One way you can increase your brand’s awareness while also providing failure-proof navigation for your customers is to make custom error documents. Users on your dedicated server may decide to use their own error documents for individual websites, but most will leave the default error documents the system administrator selects. If the sysadmin does not choose an error doc, the default Apache error page (such as “404 Not Found”) will be shown, and you will miss a golden opportunity.
An error document is essentially just a normal web page. All you have to do is tell Apache to redirect to that page when an error occurs. To set global error documents for all Apache websites, you will need to edit your Apache configuration file (/etc/httpd/conf/httpd.conf in CentOS).
To set global error documents, enter the following directives, replacing the URL or path with ones on your server:
ErrorDocument 500 http://yourdomain.tld/edocs/500-error.html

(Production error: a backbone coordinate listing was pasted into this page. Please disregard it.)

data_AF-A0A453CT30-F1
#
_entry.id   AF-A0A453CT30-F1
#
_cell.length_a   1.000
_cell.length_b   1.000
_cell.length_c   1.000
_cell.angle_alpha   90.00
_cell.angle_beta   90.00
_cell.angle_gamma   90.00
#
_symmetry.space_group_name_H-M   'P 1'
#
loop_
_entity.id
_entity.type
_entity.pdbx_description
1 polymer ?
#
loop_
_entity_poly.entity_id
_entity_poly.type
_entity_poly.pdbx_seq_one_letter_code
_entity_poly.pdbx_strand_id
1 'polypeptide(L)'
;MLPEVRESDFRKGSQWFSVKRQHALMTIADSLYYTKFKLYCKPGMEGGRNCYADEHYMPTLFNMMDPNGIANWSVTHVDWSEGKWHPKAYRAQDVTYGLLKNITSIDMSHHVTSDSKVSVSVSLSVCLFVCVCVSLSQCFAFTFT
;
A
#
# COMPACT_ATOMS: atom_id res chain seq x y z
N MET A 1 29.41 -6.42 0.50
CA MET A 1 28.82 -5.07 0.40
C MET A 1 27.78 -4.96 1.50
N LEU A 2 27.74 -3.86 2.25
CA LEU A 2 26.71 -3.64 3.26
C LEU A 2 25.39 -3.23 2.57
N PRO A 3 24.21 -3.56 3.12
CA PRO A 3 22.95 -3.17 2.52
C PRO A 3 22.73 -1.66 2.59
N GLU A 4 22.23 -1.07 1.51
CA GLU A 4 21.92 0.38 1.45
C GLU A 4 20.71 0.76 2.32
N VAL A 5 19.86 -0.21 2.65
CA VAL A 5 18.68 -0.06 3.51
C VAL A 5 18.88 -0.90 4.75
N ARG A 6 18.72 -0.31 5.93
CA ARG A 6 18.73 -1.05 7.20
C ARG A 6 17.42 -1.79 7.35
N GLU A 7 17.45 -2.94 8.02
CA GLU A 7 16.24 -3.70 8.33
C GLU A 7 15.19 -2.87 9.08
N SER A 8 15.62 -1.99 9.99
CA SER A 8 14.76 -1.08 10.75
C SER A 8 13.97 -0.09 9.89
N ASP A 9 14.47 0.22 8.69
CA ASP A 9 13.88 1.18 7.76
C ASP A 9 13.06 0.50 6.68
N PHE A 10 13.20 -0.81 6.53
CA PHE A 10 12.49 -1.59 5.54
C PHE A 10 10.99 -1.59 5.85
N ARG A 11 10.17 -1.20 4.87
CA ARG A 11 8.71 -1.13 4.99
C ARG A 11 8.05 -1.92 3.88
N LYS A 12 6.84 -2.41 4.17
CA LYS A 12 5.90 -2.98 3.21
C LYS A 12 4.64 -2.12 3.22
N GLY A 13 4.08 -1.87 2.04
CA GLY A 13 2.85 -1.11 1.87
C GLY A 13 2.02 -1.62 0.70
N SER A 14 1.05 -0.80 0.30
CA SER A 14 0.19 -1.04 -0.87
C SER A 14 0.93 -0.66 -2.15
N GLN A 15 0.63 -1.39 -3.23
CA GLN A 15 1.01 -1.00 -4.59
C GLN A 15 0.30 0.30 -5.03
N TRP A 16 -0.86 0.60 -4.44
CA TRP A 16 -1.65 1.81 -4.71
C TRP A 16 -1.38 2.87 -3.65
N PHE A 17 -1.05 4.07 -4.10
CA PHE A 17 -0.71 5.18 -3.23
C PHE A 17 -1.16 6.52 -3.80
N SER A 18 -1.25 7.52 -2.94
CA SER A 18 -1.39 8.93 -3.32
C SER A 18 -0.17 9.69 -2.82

ErrorDocument 404 http://yourdomain.tld/edocs/404-error.html
ErrorDocument 403 http://yourdomain.tld/edocs/403-error.html
ErrorDocument 401 /local/path/401-error.html
You can redirect an error code to any page or site you want, even to a script, but if you create custom error docs, you can guide users to the right places and also promote whatever brand or services you have associated with your server. For virtual hosts, you can use the vhost configuration files to set error documents, and individual website owners can use .htaccess files to enter the exact same directives, as long as the AllowOverride directive is enabled. For more information about Apache custom error responses, see the official documentation.